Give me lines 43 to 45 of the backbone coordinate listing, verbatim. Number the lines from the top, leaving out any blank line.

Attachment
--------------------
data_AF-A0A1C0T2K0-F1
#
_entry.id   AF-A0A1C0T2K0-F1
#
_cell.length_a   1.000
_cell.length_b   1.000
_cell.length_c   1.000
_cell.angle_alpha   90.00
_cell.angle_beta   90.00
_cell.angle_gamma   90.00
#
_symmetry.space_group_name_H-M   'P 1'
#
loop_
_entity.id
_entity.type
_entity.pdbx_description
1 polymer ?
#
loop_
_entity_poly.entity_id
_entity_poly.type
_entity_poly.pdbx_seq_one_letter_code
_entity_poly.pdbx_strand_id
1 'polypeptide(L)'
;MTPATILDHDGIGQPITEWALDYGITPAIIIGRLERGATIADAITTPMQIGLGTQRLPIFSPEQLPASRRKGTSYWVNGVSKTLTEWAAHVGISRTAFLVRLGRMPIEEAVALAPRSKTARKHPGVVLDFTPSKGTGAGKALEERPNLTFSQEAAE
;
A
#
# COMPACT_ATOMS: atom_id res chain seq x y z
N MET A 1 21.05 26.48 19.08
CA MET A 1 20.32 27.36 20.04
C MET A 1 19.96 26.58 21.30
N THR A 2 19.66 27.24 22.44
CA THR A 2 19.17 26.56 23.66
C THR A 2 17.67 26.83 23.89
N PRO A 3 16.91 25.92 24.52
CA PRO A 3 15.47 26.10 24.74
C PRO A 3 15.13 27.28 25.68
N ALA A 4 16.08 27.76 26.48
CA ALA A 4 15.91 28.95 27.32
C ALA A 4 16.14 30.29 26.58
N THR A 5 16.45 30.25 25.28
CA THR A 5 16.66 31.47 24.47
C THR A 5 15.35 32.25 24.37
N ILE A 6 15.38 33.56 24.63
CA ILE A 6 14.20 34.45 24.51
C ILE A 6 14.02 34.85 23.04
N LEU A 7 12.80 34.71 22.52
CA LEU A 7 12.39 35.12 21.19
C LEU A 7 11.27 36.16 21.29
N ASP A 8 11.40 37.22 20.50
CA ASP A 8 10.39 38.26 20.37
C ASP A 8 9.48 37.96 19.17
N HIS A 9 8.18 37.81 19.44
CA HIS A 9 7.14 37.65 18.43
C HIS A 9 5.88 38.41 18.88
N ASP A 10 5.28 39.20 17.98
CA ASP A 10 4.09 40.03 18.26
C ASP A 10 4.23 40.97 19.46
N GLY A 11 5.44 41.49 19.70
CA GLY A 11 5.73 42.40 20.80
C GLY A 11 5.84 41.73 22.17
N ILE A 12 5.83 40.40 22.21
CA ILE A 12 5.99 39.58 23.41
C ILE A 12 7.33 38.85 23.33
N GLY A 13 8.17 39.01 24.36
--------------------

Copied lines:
N THR A 5 16.45 30.25 25.28
CA THR A 5 16.66 31.47 24.47
C THR A 5 15.35 32.25 24.37